Hello and welcome to my eighth Feminist Friday! For those of you who are new, each month I select a book to read that fits my own feminist criteria, which I then share with you on the second Friday of the month. For me, the books I choose must embody female strength of character and be inspirational to read. I try to explore work from a wide variety of genres, reading anything from classics and memoirs to fiction and poetry. So without further ado, here is my choice for August: Great Goddesses: Life lessons from myths and monsters by Nikita Gill…
I first encountered Nikita’s inspirational words in her Wild Embers collection, which I purchased from the beautiful bookshop in St Ives whilst on holiday in Cornwall several years ago. I devoured it in a couple of sittings! In contrast, Great Goddesses has been a slow and indulgent process, dipping in and out of Nikita’s beautiful words, soaking up the stories and drawing in their inspiration.
If you want to hear more about how I got into contemporary poetry, check out my Feminist Friday post on Rupi Kaur from March here.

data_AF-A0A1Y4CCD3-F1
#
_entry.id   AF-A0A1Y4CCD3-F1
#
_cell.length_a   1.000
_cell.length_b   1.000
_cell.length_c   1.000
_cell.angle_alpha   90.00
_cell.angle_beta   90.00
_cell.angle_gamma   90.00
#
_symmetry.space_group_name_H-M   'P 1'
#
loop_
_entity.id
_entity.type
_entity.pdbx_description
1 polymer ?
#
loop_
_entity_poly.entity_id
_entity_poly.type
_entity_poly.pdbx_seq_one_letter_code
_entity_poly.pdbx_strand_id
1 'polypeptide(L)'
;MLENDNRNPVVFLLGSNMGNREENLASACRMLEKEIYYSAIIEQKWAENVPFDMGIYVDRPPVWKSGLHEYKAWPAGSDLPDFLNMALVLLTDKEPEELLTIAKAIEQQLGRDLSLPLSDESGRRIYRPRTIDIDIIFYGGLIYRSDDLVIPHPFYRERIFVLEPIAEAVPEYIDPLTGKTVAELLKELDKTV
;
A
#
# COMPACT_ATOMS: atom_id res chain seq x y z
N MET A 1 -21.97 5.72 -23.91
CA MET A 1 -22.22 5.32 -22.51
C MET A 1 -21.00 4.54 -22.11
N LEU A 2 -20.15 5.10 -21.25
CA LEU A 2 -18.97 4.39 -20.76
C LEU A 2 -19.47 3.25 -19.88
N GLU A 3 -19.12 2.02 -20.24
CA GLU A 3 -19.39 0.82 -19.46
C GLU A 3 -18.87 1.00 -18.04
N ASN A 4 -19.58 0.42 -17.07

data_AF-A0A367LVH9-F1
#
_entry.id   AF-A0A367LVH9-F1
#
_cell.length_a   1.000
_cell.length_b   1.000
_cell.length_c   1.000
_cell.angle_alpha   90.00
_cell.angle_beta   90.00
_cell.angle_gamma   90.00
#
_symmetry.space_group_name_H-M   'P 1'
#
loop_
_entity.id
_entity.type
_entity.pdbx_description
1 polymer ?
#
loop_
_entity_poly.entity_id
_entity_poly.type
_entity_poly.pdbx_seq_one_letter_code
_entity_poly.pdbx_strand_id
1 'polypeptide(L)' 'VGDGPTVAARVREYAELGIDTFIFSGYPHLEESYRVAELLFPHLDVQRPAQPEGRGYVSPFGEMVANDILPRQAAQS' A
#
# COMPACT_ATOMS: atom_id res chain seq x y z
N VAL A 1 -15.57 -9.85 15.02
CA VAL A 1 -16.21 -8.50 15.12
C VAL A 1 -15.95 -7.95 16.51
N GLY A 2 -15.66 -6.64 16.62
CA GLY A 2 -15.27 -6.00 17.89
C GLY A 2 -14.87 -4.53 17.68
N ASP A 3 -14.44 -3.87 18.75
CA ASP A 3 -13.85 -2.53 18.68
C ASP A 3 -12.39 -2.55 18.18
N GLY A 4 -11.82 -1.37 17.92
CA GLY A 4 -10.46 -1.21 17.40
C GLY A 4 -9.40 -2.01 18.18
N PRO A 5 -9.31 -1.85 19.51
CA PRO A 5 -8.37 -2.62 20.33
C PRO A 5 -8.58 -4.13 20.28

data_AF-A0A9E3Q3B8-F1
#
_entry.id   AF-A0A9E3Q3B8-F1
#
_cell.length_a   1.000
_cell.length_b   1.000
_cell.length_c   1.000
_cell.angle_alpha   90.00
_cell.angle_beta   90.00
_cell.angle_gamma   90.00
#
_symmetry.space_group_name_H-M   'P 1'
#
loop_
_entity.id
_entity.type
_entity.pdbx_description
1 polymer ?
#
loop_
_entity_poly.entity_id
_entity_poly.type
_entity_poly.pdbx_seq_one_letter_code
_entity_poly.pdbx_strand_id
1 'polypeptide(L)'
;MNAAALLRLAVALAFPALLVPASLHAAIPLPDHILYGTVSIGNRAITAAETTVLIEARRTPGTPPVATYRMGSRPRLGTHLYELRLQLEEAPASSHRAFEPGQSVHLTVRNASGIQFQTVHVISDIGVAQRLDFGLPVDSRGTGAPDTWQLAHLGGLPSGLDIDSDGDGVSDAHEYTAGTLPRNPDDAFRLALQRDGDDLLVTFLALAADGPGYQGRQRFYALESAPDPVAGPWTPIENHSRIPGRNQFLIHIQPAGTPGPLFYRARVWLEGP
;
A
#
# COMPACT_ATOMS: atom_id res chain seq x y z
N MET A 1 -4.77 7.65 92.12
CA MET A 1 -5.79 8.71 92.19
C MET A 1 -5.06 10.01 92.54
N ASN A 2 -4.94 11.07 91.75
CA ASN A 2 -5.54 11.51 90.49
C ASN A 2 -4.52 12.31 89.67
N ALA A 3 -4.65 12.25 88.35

Great Goddesses is a magical culmination of poetry, prose and picture; an exploration of the women of the Greek Myths. Illuminating lessons from their untold stories, as relevant to life in the twenty-first century as ever.
I adore the concept of Great Goddesses; with words of strength, power and beauty, plus breath-taking illustrations, this is a truly inspirational spin on the ancient stories, full of girl power and mantras for self confidence.
I watch Girl Become Goddess, and the metamorphosis is more magnificent than anything I have ever known.Nikita Gill, Great Goddesses, 2019
One of the things I love about books, literature, reading and stories is the power they have had throughout history – created to explain phenomena, teach lessons and express emotion; then passed down from generation to generation, binding the fabric of life together with fables. Nikita Gill’s collection taps into this ancient and powerful magic with her original reimagining’s of some of the greatest storytelling of all time – the Greek Myths. So clever.
Above left: an illustration of Medusa from one of my favourite poems, Gorgon (A Letter to the Patriarchy). Above right: Nikita Gill.
This is the version / of the tale they do not want you to know. / After all, what is more powerful / than the women who know all about / the blessed fires inside them that grow.Nikita Gill, Great Goddesses, 2019
I read a great article on thebookseller.com, interviewing Nikita Gill about her work and inspiration which you might like to check out here.
Hope you enjoyed this months Feminist Friday – you can check out my choices for previous months here.
Have a lovely weekend all 🙂
Meg Readz xx